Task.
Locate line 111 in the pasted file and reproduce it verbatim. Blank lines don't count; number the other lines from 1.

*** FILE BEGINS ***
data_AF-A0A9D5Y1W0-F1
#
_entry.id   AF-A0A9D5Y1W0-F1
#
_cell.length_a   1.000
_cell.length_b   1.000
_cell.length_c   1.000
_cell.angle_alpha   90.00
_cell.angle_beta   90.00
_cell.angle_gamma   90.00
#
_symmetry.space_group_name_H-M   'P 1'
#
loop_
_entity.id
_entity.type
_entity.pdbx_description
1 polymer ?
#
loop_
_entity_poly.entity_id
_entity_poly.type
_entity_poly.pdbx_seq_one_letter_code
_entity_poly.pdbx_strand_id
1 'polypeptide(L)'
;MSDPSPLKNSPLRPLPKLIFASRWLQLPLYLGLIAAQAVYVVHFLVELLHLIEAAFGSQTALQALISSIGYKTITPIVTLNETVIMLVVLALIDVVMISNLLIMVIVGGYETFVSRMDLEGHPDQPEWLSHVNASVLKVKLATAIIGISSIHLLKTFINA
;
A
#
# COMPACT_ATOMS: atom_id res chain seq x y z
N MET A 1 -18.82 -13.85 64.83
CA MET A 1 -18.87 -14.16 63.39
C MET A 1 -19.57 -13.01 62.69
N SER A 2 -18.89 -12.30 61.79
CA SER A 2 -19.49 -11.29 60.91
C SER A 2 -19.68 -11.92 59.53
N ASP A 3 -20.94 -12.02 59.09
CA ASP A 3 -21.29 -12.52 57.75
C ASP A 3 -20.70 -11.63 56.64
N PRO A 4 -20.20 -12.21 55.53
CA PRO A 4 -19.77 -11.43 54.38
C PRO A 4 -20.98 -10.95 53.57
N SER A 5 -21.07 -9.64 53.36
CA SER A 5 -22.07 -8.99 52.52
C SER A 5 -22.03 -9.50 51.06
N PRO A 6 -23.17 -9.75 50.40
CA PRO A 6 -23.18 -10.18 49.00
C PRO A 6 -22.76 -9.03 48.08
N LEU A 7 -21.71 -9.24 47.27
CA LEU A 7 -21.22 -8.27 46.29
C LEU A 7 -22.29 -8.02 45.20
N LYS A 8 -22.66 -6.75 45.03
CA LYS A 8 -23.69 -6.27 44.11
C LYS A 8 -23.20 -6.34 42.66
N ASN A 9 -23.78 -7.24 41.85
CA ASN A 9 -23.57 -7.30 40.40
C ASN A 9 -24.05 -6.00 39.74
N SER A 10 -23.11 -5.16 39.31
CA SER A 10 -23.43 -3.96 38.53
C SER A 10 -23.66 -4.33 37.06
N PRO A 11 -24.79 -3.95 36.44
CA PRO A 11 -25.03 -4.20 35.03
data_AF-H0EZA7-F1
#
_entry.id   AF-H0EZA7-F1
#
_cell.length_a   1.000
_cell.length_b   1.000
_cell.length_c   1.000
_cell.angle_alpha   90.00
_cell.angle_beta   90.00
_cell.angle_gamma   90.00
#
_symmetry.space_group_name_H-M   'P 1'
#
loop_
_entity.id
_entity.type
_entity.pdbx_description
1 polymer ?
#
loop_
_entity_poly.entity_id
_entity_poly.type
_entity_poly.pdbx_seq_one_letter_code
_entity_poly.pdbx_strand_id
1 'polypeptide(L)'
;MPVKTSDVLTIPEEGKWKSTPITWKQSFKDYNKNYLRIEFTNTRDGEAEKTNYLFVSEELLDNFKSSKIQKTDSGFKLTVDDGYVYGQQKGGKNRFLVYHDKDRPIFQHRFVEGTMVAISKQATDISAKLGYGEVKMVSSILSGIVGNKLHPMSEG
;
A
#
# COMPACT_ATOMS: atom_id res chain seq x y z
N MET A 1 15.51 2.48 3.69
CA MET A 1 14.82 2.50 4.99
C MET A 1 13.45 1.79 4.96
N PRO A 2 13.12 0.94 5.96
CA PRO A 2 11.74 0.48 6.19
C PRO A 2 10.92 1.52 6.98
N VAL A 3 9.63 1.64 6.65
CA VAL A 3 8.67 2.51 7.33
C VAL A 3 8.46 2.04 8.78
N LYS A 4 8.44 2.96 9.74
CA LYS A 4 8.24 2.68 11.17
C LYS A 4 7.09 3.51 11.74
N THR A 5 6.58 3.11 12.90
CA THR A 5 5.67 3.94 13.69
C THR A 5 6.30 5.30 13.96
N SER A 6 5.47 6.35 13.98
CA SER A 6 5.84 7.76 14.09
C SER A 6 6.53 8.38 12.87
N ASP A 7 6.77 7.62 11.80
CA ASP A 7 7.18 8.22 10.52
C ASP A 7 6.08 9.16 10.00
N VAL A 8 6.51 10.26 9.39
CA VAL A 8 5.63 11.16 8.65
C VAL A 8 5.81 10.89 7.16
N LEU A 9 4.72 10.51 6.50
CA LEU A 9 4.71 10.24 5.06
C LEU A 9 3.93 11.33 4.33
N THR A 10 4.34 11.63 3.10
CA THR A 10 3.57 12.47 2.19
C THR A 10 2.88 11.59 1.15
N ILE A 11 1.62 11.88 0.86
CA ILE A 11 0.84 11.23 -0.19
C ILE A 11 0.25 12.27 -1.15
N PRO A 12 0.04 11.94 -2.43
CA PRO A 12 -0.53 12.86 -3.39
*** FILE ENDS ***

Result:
N ASP A 7 6.77 7.62 11.80